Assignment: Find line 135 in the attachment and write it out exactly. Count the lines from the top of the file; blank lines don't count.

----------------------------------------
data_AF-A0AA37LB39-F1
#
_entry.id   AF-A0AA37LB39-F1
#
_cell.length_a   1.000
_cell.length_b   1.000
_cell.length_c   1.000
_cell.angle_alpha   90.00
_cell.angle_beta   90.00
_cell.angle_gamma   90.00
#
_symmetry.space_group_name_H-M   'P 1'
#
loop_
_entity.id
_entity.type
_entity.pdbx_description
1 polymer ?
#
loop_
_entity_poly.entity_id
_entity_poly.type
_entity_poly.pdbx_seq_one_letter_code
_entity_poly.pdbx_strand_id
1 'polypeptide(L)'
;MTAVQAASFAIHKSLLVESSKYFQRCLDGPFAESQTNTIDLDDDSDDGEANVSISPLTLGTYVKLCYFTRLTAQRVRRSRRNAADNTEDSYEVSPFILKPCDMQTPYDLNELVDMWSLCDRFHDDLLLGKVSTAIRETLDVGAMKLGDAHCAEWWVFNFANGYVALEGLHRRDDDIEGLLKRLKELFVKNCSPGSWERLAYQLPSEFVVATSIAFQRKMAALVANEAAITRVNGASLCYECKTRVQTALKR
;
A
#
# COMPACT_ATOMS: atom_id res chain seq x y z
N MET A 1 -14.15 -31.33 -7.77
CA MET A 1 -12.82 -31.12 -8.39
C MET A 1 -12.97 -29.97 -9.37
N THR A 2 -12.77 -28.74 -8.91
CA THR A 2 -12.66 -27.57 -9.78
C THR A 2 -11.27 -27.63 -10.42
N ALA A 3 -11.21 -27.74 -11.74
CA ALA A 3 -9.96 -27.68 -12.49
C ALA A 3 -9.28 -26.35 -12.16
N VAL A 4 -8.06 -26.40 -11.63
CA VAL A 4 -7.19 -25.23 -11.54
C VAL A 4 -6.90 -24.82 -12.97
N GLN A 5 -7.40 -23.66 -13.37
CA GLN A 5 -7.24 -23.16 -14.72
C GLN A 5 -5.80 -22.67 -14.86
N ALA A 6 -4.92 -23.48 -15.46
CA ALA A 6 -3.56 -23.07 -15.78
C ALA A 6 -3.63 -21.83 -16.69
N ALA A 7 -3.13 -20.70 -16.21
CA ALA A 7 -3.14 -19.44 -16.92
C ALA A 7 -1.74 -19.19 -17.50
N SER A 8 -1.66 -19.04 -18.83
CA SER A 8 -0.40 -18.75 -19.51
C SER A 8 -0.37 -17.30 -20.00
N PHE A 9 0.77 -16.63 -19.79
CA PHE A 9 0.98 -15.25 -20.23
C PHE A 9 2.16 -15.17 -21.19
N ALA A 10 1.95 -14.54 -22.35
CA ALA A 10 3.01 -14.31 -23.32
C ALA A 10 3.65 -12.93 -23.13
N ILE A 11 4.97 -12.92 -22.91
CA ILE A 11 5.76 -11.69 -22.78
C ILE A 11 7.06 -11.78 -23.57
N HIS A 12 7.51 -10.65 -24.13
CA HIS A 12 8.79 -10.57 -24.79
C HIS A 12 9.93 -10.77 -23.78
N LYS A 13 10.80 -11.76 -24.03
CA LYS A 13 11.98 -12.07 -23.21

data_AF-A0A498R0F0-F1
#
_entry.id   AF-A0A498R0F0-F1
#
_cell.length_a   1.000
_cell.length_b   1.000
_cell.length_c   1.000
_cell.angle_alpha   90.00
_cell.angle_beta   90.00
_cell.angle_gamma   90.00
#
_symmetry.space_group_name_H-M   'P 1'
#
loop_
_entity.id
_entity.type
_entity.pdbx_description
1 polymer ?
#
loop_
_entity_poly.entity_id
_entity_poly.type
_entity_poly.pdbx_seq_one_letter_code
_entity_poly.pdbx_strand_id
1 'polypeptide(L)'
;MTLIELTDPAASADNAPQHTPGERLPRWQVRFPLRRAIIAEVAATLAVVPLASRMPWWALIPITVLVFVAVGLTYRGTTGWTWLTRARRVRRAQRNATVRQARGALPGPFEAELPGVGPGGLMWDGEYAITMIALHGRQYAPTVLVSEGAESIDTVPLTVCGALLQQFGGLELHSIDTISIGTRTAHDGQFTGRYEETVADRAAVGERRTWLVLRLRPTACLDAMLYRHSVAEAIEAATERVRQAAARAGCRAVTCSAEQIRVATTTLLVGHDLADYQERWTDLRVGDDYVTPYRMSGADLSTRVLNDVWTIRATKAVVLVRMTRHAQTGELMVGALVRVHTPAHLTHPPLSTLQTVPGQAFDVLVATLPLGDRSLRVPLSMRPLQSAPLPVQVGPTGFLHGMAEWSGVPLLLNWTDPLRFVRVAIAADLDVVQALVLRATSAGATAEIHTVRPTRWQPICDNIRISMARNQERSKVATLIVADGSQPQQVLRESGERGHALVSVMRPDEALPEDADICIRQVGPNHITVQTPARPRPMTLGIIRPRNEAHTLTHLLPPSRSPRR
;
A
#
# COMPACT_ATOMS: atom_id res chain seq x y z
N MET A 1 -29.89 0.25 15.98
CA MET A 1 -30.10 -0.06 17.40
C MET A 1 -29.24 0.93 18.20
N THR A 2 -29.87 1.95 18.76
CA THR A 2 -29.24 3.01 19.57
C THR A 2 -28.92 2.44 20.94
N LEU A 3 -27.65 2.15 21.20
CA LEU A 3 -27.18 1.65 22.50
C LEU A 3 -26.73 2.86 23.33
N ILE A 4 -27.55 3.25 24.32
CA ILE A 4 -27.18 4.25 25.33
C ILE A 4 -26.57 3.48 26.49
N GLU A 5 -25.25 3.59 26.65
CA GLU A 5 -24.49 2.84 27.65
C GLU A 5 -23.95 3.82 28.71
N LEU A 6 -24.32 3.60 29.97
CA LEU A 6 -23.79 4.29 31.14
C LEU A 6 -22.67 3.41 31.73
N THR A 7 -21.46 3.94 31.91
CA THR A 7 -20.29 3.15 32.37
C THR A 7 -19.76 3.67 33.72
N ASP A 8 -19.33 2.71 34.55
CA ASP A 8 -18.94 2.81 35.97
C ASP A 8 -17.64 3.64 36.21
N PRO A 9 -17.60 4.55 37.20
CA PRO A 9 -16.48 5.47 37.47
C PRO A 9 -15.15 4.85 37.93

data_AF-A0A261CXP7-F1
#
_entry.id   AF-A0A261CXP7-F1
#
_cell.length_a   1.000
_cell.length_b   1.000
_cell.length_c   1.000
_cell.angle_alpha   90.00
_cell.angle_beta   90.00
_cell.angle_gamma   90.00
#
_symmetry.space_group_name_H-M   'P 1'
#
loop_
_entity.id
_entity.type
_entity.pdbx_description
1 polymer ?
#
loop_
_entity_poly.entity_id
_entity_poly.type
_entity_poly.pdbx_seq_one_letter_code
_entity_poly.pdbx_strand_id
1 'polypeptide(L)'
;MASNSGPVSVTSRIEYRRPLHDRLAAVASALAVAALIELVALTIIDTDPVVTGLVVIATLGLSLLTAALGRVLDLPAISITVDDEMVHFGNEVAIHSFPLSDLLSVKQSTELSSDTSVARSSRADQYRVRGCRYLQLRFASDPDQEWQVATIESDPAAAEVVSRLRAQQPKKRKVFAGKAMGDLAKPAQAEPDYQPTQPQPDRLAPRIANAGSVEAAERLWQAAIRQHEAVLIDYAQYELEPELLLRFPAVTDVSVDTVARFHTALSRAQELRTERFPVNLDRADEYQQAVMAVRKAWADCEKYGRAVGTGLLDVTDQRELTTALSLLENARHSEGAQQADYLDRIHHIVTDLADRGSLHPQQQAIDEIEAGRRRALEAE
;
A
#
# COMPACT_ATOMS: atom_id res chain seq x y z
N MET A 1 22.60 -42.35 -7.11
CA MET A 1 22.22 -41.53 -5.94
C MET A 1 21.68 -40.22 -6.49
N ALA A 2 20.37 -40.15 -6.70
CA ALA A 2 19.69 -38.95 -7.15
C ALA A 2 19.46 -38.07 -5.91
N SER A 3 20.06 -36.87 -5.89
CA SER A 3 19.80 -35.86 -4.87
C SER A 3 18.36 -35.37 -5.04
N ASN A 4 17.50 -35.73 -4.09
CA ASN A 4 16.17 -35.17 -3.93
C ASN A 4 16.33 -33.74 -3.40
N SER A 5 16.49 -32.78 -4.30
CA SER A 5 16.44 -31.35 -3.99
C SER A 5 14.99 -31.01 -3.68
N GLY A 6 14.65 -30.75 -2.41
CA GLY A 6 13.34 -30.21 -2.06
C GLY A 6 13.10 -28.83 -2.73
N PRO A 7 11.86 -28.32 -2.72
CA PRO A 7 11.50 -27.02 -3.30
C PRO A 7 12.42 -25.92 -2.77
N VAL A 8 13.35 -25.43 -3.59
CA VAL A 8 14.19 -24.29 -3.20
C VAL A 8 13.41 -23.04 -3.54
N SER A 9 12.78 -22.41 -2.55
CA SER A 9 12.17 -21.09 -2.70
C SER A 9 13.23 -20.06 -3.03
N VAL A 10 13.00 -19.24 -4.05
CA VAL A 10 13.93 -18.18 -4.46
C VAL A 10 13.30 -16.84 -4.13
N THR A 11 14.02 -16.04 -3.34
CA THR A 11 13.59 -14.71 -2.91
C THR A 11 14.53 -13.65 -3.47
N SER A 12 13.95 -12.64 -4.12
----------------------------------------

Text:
_cell.angle_gamma   90.00